|Yale Center for British Art|
|Type||Art museum, Rare Book Library, Institute, Art center|
|Location||New Haven, Connecticut|
|Address||1080 Chapel Street|
|Structural system||Concrete frame|
|Design and construction|
The Yale Center for British Art at Yale University in downtown New Haven, Connecticut, houses the largest and most comprehensive collection of British art outside the United Kingdom. The collection of paintings, sculpture, drawings, prints, rare books, and manuscripts reflects the development of British art and culture from the Elizabethan period onward.
The center was established by a gift from Paul Mellon (Yale College Class of 1929) of his British art collection to Yale in 1966, together with an endowment for operations of the Center, and funds for a building to house the works of art. The building was designed by Louis I. Kahn and constructed at the corner of York and Chapel Streets in New Haven, across the street from one of Kahn's earliest buildings, the Yale University Art Gallery, built in 1953. The Yale Center for British Art was completed after Kahn's death in 1974, and opened to the public on April 15, 1977. The exterior is made of matte steel and reflective glass; the interior is made of travertine marble, white oak, and Belgian linen. Kahn succeeded in creating intimate galleries where one can view objects in diffused natural light. He wanted to allow in as much daylight as possible, with artificial illumination used only on dark days or in the evening. The building's design, materials, and sky-lit rooms combine to provide an environment for the works of art that is simple and dignified.
The Center is affiliated with the Paul Mellon Centre for Studies in British Art in London, which awards grants and fellowships, publishes academic titles, and sponsors Yale's first credit-granting undergraduate study abroad program, Yale-in-London.
The collection consists of nearly 2,000 paintings and 200 sculptures, with an emphasis on the period between William Hogarth's birth (1697) to J. M. W. Turner's death (1851). Other artists represented include Thomas Gainsborough, George Stubbs, Joseph Wright, John Constable, Joshua Reynolds, Thomas Lawrence, Robert Polhill Bevan, Stanley Spencer, Barbara Hepworth, and Ben Nicholson.
The collection also has works by artists from Europe and North America who lived and worked in Britain. These include Hans Holbein, Peter Paul Rubens, Anthony van Dyck, Canaletto, Johann Zoffany, John Singleton Copley, Benjamin West, and James McNeill Whistler.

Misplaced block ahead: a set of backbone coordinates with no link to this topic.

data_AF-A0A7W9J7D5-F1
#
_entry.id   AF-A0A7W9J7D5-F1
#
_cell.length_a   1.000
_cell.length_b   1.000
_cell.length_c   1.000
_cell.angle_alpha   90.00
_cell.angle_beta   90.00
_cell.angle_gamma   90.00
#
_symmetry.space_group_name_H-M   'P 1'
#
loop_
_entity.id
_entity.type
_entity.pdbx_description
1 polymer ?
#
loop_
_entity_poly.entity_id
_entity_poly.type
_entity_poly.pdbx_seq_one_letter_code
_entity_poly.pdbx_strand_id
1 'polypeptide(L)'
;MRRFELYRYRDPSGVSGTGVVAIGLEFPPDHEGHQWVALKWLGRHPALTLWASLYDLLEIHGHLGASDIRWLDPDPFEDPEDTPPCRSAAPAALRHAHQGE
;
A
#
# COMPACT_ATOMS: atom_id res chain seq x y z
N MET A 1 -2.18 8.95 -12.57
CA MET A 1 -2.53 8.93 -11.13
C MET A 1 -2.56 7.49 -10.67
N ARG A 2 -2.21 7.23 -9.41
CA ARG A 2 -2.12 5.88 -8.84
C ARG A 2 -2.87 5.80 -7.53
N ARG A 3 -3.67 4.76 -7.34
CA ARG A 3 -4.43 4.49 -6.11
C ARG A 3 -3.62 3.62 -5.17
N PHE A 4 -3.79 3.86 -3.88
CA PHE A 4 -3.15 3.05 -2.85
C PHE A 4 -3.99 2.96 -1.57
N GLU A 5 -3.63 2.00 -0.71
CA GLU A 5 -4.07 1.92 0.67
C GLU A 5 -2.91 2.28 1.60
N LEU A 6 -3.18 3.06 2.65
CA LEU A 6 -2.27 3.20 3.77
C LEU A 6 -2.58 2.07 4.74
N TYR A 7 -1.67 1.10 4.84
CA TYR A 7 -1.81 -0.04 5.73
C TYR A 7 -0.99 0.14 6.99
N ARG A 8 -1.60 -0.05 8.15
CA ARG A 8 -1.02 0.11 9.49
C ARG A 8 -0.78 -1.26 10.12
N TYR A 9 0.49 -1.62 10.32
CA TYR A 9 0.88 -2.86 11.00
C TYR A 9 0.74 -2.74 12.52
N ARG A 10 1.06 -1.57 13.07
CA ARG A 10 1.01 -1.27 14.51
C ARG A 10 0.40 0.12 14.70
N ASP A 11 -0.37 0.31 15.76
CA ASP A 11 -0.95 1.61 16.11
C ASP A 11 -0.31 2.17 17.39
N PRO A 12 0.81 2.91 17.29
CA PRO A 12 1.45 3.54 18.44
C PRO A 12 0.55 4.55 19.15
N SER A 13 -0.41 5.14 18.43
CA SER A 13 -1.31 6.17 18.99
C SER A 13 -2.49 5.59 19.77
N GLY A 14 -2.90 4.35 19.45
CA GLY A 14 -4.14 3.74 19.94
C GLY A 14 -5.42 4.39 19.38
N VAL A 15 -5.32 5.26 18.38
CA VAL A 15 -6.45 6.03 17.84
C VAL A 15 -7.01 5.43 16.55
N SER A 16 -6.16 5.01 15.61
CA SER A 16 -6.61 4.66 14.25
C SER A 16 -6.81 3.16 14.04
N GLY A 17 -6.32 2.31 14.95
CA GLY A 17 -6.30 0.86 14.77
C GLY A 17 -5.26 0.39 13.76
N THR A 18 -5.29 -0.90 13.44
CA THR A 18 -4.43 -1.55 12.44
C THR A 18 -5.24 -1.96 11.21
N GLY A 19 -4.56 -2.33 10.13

Some areas of emphasis of the collection are small group portraits, known as "conversation pieces", including those by Hogarth, Gainsborough, Johan Zoffany and Arthur Devis; landscape paintings by Gainsborough, Richard Wilson, Constable, Richard Parkes Bonington and Turner; and British sporting and animal paintings, featuring George Stubbs, John Wootton, Benjamin Marshall, and Alfred Munnings. Other genres include marine paintings, represented by Samuel Scott and Charles Brooking; London cityscapes; travel art from India, scenes of Shakespearean plays, and portraits of actors.
The collection of 20,000 drawings and watercolors and 31,000 prints features British sporting art and figure drawings. It includes works by Hogarth, Paul Sandby, Thomas Rowlandson, William Blake, John Constable, Samuel Palmer, Richard Parkes Bonington, John Ruskin, J. M. W. Turner, Walter Sickert, Duncan Grant, Paul Nash, Edward Burra, Stanley Spencer, Augustus John, Gwen John, and the Pre-Raphaelites.
The Center's collection of rare books and manuscripts comprises 35,000 volumes, including maps, atlases, sporting books, and archival material of British artists. It also has some 1,300 leaves originating in illustrated incunabula. The collection also includes a complete set of William Morris's Kelmscott Press publications as well as a growing collection of contemporary artists' books. The core of the collection of illustrated books is the material amassed by Major J. R. Abbey, one of the first collectors of British color-plate books, and includes more than 2,000 volumes describing British life, customs, scenery, and travel during the period 1770-1860. The Center's collection also contains a significant number of early maps and atlases.
The four-floor Center offers a year-round schedule of exhibitions and educational programs, including films, concerts, lectures, tours, symposia, and family programs. It also provides numerous opportunities for scholarly research, including residential fellowships. Academic resources of the Center include the reference library (40,000 volumes) and photo archive, conservation laboratories, and a study room for examining works on paper from the collection.
The Center is open to the public free of charge six days a week, and is a member of the North American Reciprocal Museums program.
The Peace embracing the Abundance, Peter Paul Rubens, ca. 1632-1633
Lovers in a landscape, Petrus Johannes van Reysschoot, ca. 1740
The Stables and Two Famous Running Horses belonging to His Grace, the Duke of Bolton, by James Seymour, 1747
The Gravenor Family, by Thomas Gainsborough, 1754
A Lion Attacking a Horse, by George Stubbs, 1762
Mrs. Abington as Miss Prue in "Love for Love" by William Congreve, by Sir Joshua Reynolds, 1771
A portrait of an Indian Premier Madhavrao Peshwa, an 18th-century Noble, Statesman, Premier
Nocturne in Blue and Silver, by James Abbott McNeill Whistler, 1872-1878
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